Galatea 2.2, artificial intelligence that comes from literature
(Raffaello, The Triumph of Galatea, 1513, Villa Farnesina)
Artificial intelligence can also be a synonym for love and poetry. That’s the case in the novel “Galatea 2.2” (1995) by Richard Powers, an American Pulitzer Prize-winning writer who has always been passionate about physics. The story centers around the encounter between the protagonist, an advanced science researcher, and a cognitive neurologist engaged in modeling the human brain by means of computerized neural networks. Together they will work on the project of educating an artificial intelligence through the great masterpieces of literature. The novel brings together two forms of creativity, those of books and computers, matching the poetry of man and the poetry of the machine.
The metaverse, at the origins of the new Internet foreshadowed by Mark Zuckerberg
The idea behind Meta, the new Facebook brand, can be traced back to “Neuromancer” (1984), a science fiction novel by William Gibson. It is the story of a hacker whose nervous system has been damaged, making it impossible for him to connect to the “matrix”, the global computer network. The protagonist seeks a cure which allows him to access cyberspace again; hence a series of adventures and missions in which he crosses paths with other characters and a lot of artificial intelligence. The author hints at innovations like people aliases, holographic visions and personalities recorded on computer media.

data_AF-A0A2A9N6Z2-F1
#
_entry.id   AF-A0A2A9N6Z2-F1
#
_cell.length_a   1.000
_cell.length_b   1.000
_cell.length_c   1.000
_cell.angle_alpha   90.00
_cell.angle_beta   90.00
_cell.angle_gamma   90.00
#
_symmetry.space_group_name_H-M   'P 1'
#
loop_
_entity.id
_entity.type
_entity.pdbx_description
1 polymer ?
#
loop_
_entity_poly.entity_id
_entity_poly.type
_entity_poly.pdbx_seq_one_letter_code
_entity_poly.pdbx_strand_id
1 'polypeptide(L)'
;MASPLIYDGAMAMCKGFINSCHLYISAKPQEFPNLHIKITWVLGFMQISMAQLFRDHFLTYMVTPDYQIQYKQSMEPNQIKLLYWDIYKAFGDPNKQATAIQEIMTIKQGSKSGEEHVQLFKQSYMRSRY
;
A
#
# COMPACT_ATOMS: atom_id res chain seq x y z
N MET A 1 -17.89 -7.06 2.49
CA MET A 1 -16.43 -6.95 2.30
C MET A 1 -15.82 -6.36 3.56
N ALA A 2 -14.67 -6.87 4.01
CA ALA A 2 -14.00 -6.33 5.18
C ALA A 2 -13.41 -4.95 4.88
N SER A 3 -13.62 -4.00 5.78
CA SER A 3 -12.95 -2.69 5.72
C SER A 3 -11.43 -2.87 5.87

Neuromancer is considered the initiator of the cyberpunk genre, just as Neal Stephenson’s “Snow Crash” (1992) is defined as post-cyberpunk science fiction. Even in this case there are many fantasy scenarios that have turned into reality: at the end of the twentieth century, America is dominated by supercapitalism and streets are crowded with drivers who deliver pizzas on powerful cars and couriers who transport goods surfing in traffic, while the Police, equipped with hitech weapons, is flanked by cyborg security agents. Around all this exists the metaverse, a virtual reality in 3D shared on a worldwide fiber optic Internet, where each person is represented by his or her own avatar.
Do we still need science?